Iolite derives from the Greek word ION which means violet and LITHOS which means stone, The IOLITHOS or VIOLET STONE. It refers to the purple hue that is often seen in Iolites.

The property of exhibiting different colors in different directions by transmitted polarized light is known as Pleochroism or Pleochroic. And iolite is the most pleochroic of all gemstones. 'Dichroite' is another synonym for iolite in reference to its pleochroic ability; 'dichroite' is a Greek word which means 'two-colored stone'. Iolite if observed from two different directions it will exhibit different colors. For example, iolite observed from one angle will look blue violet color and observed from another it will appear clear color.

Iolite is a variety of the Cordierite mineral.

Iolite luster is glass-like and waxy (when polished) and it is transparent to translucent. Iolite is one of the hardest of quartz being 7-7.5 on Mohs scale which makes it quite suitable as a jewelry gemstone.

Iolites are blue, purple and grey. The sapphire blue and the light-blue iolites are the more sought after and therefore valuable. This beautiful violet-blue color is due to iron in iolite.

Iolite is renowned for its Pleochrism meaning the ability to change colours. It can appear intensely blue in one direction, yellowish grey or blue in another and colorless in the third. This other phenomenon is also called Trichroism which means that three different colors can be seen in the same stone depending on the viewing angle.

Its pleochroic colors differ with its bodycolor. Iolites that appear violet display light violet, dark violet and yellow-brown colors. Bluish iolites display colorless to yellow, blue-gray and dark violet colors. From some angles, a bluish iolite can actually appear completely colorless or yellow, and a violet iolite can look brown.

In some rare cases, iolite may display asterism (star) or chatoyancy (cat's eye) when cut en cabochon. Some Iolites may even have a metallic glitter due to hematite found in them. Iolites with hematite are named 'bloodshot iolite.'

Iolite is also known as "Viking stone" or "Viking's compass." In the Europe of old, Viking sailors used this stone as a compass for navigation purposes. It was able to indicate the location of the sun on cloudy days.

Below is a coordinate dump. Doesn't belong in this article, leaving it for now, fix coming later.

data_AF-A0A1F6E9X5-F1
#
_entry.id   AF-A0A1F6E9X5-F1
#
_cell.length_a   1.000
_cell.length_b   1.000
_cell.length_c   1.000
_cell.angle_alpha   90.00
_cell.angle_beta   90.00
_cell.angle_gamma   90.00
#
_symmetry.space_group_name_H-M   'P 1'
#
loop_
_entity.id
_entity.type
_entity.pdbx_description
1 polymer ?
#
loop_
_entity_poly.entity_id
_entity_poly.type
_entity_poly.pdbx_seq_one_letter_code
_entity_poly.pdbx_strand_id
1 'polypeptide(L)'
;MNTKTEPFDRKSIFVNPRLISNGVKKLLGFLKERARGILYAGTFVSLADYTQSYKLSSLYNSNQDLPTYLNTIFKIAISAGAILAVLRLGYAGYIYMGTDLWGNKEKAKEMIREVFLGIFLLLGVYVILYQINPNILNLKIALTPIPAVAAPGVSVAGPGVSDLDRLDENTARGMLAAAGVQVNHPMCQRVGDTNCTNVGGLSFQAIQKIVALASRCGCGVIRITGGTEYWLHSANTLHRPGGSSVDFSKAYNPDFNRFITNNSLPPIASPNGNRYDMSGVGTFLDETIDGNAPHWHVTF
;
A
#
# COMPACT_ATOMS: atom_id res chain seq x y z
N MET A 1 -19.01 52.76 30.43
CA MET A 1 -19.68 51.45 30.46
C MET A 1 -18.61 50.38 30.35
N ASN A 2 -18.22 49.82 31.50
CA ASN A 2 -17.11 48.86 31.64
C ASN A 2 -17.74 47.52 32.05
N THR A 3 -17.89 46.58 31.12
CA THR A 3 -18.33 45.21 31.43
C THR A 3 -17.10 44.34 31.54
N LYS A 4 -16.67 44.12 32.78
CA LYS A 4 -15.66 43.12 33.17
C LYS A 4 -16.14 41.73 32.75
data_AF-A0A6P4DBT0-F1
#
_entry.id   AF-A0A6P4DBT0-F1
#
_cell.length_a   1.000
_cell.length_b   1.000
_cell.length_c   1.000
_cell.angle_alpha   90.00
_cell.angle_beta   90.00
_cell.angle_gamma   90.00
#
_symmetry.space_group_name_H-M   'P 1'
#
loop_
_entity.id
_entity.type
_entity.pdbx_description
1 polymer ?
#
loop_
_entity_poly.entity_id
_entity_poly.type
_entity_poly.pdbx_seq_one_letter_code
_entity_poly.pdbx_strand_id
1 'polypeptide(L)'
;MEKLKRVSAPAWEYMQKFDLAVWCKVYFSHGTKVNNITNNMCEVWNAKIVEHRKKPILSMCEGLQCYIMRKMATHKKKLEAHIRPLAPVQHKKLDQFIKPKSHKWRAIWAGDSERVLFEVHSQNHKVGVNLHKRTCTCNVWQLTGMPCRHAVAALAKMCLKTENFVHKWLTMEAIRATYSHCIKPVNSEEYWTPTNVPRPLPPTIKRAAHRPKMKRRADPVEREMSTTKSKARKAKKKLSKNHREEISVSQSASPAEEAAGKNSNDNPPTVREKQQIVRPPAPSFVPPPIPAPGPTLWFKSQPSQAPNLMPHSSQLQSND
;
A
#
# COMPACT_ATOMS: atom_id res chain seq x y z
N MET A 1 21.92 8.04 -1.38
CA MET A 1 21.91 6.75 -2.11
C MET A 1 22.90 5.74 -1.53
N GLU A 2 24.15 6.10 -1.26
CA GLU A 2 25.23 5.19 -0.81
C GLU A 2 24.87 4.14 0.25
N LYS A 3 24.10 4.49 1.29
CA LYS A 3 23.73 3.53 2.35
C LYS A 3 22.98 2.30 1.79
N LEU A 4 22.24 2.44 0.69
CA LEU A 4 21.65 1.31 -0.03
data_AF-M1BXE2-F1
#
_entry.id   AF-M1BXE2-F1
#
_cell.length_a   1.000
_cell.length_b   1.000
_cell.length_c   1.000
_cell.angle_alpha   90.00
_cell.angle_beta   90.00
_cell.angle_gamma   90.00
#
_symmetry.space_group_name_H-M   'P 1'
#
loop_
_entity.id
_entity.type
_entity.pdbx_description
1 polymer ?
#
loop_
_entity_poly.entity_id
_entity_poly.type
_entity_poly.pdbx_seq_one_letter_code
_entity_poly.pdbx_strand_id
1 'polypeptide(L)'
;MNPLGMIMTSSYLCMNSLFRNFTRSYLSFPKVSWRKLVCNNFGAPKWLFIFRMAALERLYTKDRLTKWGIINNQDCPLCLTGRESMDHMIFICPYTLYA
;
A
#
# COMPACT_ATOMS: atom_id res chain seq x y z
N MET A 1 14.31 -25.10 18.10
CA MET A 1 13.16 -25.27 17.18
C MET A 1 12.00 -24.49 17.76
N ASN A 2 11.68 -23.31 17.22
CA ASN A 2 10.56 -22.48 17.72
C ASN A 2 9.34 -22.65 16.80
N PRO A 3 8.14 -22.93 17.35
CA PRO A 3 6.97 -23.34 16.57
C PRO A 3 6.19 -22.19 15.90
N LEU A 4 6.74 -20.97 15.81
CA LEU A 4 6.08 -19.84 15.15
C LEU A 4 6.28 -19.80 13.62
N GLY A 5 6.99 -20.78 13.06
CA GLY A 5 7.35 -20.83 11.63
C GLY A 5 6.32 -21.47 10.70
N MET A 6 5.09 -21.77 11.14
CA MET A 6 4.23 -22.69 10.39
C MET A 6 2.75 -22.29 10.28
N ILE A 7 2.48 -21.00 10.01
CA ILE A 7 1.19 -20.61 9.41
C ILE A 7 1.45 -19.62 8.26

Iolite can sometimes be mistaken for sapphire and tanzanite due to its blue color and pleochroism. But iolite is the most pleochroic of all gemstones. Iolite is softer than sapphire and harder than tanzanite. And, as stated above, iolites are trichroic (from the Greek trichroos which is translated as “three-colored”).

Unlike tanzanite, iolite is rarely treated. Fine iolite comes by its beautiful blues and violets naturally. Its freedom from enhancement other than normal cutting and polishing is a selling point when customers consider iolites from these other blue gems.

Iolite is an affordable alternative for more expensive blue sapphire or violet-blue tanzanite. Besides being a natural stone, they are abundantly found in Tanzania, Madagascar, Myanmar (Burma), Sri Lanka (Ceylon), India, Brazil, many parts of Africa, Australia, Wyoming, Connecticut in the United States, and Canada.

Iolite helps in recovering balance, and is recommended for those suffering from disorientation, lack of motivation, chronic disorganization and distraction.

Iolite is said to improve relationship and also helps in philosophical and scientific abstract thinking. Iolite was used in ancient times for eye and vision disorders.

Iolites can help recover lost memories.

This quartz crystal is known to heal headaches, especially those associated with developing your psychic powers.